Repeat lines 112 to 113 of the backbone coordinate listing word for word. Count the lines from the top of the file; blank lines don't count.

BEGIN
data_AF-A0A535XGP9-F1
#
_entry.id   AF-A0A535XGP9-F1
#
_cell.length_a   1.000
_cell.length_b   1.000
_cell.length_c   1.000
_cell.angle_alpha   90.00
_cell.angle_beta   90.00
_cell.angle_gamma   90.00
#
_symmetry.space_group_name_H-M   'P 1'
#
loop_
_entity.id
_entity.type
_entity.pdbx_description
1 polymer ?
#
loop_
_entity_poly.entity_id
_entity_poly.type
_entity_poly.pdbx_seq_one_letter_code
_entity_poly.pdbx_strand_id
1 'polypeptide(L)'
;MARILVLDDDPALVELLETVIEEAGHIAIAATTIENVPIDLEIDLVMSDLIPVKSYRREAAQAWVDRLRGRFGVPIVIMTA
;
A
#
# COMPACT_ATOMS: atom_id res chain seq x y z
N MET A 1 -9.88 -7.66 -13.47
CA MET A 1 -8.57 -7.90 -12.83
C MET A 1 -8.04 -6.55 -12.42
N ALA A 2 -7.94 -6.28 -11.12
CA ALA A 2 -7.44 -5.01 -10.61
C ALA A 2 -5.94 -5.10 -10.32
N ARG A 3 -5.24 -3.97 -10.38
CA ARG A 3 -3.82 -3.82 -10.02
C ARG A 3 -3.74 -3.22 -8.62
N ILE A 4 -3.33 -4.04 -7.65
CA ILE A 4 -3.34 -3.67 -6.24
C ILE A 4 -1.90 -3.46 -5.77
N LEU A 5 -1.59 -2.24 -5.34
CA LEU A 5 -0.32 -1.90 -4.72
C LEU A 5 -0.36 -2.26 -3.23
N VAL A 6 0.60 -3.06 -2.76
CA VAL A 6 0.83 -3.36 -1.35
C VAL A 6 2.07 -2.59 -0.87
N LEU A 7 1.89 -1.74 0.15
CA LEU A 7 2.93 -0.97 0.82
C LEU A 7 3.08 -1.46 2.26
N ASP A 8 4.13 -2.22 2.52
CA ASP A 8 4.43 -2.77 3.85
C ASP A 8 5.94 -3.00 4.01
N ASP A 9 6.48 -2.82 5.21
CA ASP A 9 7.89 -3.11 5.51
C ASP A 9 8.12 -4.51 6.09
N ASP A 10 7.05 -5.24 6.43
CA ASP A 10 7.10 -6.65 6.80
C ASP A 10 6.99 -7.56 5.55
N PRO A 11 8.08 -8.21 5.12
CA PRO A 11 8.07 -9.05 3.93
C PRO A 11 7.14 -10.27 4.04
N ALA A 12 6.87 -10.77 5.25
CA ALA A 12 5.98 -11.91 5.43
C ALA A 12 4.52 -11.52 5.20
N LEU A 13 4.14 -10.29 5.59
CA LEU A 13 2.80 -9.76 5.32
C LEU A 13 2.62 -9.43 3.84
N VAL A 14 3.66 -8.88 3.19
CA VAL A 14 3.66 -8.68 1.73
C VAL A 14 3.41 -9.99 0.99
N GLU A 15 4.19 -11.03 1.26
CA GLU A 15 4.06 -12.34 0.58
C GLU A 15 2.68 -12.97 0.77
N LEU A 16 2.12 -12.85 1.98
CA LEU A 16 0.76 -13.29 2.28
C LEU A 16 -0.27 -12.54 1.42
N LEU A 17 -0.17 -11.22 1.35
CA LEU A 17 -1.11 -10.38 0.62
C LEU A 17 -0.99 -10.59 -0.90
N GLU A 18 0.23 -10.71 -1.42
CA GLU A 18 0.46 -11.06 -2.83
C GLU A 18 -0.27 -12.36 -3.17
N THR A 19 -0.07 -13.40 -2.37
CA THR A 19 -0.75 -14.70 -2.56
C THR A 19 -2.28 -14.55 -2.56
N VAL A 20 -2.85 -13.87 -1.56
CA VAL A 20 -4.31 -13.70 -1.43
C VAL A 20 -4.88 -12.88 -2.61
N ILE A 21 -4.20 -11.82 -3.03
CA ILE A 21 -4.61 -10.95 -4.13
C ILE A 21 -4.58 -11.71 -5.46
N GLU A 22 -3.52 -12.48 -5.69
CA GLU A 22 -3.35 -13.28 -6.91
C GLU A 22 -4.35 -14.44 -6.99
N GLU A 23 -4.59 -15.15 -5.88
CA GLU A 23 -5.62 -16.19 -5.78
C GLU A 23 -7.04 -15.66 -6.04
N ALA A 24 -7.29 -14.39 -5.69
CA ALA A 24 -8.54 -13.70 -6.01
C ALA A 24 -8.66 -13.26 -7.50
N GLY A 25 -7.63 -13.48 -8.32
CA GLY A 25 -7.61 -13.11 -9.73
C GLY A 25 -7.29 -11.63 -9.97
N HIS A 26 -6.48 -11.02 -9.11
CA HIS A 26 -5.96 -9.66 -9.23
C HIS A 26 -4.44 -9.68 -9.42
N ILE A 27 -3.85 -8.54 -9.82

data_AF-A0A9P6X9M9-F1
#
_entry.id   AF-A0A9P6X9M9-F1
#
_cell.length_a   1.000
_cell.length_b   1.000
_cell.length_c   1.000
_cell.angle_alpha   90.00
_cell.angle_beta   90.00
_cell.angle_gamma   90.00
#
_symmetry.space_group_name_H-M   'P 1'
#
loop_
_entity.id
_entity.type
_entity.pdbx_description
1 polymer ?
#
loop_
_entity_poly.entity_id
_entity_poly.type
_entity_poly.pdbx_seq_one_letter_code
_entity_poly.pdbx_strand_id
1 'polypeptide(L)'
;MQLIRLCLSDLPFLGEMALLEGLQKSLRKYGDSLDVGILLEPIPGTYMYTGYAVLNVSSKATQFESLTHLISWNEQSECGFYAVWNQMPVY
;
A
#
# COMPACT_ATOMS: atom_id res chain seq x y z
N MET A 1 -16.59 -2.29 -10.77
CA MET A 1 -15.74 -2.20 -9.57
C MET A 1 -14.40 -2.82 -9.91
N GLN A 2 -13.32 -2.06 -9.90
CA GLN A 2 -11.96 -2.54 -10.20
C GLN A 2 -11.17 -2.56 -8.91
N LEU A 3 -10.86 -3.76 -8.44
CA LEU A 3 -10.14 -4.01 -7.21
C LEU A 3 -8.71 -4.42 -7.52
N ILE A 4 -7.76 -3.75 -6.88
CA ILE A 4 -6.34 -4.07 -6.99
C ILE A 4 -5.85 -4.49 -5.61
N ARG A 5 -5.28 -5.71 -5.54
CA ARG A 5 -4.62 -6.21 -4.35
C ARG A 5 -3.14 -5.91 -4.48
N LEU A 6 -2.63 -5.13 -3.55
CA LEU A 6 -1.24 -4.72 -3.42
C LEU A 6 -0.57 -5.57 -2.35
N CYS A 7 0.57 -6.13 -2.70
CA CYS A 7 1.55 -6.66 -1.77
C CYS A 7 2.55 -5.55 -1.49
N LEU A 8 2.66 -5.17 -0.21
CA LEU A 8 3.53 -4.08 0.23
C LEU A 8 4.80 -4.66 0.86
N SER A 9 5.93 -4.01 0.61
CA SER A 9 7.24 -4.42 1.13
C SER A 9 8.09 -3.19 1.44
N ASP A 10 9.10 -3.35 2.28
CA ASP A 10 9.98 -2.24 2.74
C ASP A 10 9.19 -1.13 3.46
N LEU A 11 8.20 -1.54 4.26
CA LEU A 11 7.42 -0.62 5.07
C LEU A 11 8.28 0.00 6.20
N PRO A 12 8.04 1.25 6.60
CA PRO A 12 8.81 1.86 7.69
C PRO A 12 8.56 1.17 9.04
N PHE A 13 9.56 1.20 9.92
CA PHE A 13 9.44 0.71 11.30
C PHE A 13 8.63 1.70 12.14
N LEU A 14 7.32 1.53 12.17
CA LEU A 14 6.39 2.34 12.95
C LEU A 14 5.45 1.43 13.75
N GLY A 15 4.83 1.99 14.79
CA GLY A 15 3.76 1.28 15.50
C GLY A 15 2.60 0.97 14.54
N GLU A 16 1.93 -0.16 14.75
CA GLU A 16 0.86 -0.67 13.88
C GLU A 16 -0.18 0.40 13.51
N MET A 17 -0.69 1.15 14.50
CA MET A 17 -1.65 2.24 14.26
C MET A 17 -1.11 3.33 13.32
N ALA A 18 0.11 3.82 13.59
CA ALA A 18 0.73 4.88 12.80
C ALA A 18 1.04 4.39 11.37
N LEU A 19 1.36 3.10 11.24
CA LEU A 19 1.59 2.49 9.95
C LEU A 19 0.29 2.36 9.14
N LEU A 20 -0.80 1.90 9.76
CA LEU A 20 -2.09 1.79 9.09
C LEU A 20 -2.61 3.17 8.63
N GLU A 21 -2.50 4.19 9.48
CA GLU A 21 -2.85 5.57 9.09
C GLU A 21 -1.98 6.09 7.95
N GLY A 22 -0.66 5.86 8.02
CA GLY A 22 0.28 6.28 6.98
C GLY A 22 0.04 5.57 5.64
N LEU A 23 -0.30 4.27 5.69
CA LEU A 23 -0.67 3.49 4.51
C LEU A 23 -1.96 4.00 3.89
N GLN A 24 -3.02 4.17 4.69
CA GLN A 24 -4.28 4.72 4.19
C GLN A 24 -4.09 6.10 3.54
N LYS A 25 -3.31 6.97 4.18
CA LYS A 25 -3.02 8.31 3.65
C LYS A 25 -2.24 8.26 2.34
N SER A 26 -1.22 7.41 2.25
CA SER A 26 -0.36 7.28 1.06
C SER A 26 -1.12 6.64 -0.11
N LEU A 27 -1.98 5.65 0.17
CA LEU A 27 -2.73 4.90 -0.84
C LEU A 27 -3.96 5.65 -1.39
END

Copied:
_entry.id   AF-A0A9P6X9M9-F1
#